I posted earlier this week about whether a medical expert is required. This post assumes one is. But, if a personal injury plaintiff cannot present any medical testimony causally linking her medical treatment to the event at issue, can she satisfy the proximate cause element of negligence? More than a few posts have discussed motions in limine to exclude improperly designated expert witnesses. A post also discussed Blackmon v. New Albertson’s, Inc., granting summary judgment where medical testimony was lacking. It seems other judges feel the same way.
McFerrin v. Allstate Prop. & Cas. Co. also then considered the issue. McFerrin concluded the plaintiff had not complied with Rule 26(a)(2)(C)’s disclosure requirements. Consequently, “Dr. Smith will only be allowed to testify as a fact witness under Rule 26(a)(1), and, as such, will be limited to testifying as to the course of treatment and to what he directly observed while McFerrin was under his care.” This was problematic for the plaintiff because he “has presented claims for medical expenses, pain and suffering, and lost wages, all based on his personal injury claims. Kentucky law generally requires expert testimony to prove claims of personal injury such as are advanced in this case.” The court concluded the obviousness exception did not apply and expert testimony was required. Plaintiff could not meet that burden because “[w]hile Dr. Smith may testify as a treating physician concerning his observations of McFerrin and his own treatment and diagnosis, Dr. Smith can only testify as a fact witness, and cannot testify as to his professional opinion concerning the cause of McFerrin’s alleged fracture….” Summary judgment was entered.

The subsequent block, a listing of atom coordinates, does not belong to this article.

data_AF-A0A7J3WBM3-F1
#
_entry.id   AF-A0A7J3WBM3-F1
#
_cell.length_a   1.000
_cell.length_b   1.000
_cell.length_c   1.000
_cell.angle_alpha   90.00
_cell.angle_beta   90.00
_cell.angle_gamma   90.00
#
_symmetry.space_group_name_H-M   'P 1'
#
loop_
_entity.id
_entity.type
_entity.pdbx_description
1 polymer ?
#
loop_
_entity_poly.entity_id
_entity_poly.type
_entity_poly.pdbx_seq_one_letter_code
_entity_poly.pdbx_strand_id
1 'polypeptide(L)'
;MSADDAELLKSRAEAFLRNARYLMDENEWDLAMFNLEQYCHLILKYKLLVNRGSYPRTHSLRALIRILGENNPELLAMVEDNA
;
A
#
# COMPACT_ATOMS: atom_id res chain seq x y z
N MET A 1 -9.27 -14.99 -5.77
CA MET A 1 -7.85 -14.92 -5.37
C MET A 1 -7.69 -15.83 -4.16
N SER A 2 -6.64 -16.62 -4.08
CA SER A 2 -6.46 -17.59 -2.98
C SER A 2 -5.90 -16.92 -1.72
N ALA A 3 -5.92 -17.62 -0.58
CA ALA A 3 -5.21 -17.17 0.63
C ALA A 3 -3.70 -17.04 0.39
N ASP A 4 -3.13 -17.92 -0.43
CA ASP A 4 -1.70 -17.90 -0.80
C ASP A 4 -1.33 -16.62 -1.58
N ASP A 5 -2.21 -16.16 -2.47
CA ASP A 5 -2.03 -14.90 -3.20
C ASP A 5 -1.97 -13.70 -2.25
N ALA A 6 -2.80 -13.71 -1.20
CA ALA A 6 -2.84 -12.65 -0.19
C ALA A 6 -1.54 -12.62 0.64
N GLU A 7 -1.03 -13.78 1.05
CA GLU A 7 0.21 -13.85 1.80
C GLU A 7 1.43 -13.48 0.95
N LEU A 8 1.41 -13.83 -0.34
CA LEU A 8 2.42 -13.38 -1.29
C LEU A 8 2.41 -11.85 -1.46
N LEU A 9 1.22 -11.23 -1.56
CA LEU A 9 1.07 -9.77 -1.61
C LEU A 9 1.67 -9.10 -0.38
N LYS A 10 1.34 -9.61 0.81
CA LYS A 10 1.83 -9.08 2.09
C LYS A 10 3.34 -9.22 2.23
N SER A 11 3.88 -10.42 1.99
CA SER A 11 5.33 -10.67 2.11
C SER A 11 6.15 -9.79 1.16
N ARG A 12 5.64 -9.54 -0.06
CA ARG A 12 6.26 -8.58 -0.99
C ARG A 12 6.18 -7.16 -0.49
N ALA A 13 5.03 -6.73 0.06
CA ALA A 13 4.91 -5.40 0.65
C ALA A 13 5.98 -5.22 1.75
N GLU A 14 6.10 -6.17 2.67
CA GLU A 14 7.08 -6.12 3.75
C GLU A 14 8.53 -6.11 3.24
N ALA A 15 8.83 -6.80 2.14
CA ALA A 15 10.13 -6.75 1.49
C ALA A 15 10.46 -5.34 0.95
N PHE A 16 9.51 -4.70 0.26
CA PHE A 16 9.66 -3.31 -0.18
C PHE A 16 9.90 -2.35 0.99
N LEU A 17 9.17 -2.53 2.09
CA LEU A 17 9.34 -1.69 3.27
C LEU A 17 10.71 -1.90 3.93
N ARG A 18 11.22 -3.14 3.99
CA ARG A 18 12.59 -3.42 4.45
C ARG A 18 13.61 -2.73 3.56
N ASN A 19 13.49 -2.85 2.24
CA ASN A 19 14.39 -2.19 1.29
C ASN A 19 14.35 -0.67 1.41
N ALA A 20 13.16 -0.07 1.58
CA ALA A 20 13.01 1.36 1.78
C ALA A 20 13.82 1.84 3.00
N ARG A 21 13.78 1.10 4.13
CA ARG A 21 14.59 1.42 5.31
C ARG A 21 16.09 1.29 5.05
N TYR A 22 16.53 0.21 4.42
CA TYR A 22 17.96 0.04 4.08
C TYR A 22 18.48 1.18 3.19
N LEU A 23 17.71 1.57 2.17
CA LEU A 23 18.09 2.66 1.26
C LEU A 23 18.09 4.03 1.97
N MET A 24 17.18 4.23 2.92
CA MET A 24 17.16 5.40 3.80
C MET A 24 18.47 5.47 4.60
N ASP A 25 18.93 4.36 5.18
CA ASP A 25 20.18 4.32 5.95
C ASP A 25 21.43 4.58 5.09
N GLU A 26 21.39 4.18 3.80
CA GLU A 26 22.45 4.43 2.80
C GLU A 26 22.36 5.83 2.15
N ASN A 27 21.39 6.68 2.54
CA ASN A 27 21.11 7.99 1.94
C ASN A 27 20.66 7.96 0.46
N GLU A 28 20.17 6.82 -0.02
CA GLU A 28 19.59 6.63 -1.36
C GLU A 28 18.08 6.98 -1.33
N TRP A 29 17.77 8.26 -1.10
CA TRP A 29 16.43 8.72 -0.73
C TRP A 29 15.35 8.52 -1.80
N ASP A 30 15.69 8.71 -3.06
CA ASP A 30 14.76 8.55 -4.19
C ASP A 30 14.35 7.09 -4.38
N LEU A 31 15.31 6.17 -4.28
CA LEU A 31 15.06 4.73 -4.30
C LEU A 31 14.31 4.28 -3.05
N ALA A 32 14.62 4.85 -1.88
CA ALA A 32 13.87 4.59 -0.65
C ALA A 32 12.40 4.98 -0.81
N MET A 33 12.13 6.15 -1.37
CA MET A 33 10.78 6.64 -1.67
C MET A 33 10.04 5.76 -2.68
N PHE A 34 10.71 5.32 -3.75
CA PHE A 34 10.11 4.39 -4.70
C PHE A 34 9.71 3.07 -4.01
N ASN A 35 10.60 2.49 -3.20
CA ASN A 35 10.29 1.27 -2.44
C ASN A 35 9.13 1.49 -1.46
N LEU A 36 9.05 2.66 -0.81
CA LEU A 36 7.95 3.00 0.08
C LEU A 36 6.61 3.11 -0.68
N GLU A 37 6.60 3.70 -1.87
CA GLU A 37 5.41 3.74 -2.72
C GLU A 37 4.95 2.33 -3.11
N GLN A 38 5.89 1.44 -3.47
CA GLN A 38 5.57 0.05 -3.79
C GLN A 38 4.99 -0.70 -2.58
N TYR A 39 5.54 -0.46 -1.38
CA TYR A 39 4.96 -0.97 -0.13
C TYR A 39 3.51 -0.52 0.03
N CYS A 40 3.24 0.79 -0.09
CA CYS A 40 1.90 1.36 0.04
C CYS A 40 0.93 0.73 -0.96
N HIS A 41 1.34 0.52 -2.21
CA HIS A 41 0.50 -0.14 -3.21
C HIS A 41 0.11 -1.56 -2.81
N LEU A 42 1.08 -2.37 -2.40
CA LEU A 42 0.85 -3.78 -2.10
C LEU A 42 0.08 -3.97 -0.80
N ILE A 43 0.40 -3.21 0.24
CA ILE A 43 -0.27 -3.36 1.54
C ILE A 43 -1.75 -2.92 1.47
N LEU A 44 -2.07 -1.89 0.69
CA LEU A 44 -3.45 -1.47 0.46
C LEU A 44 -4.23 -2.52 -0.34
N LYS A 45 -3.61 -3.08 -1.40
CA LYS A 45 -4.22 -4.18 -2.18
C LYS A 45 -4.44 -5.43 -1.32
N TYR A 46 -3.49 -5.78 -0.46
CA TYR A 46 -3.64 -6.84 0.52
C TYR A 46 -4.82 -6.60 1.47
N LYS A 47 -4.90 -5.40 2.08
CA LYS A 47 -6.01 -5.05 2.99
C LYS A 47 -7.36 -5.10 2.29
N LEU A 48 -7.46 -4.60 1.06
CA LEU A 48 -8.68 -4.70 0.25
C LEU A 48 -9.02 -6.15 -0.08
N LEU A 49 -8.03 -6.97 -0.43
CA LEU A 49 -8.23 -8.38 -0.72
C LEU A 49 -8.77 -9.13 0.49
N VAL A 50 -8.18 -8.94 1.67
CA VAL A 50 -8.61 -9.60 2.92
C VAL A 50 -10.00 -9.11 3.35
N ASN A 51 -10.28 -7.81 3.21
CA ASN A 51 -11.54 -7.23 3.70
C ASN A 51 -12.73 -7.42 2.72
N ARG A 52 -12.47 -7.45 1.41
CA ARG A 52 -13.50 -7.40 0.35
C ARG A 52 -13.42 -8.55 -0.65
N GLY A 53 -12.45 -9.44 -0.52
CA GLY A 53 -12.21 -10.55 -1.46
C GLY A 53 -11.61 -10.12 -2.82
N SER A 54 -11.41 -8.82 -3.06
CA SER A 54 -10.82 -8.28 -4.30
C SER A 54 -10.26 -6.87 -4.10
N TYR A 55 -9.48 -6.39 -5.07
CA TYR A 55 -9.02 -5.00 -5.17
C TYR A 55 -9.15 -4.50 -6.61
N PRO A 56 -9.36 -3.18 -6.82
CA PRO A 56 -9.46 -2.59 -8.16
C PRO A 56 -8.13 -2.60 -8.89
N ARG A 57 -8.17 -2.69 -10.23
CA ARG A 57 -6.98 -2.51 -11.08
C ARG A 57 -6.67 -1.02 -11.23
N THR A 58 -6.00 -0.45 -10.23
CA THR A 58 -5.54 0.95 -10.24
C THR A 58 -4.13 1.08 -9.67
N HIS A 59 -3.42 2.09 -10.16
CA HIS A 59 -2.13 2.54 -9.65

Adams v. Farbota applied Tennessee law requiring expert testimony to prove personal injury, considered substantively identical facts as McFerrin and also excluded undisclosed expert testimony from non-retained experts. The moving party requested and was awarded summary judgment concerning past and future medical expenses, permanent impairment, or lost earning capacity. The court then asked the obvious question: “What is not clear in the briefing is what categories of claimed damages will remain for trial in light of the court’s decision.” In effect, it asked why global summary judgment was not appropriate at that point because no damages remained.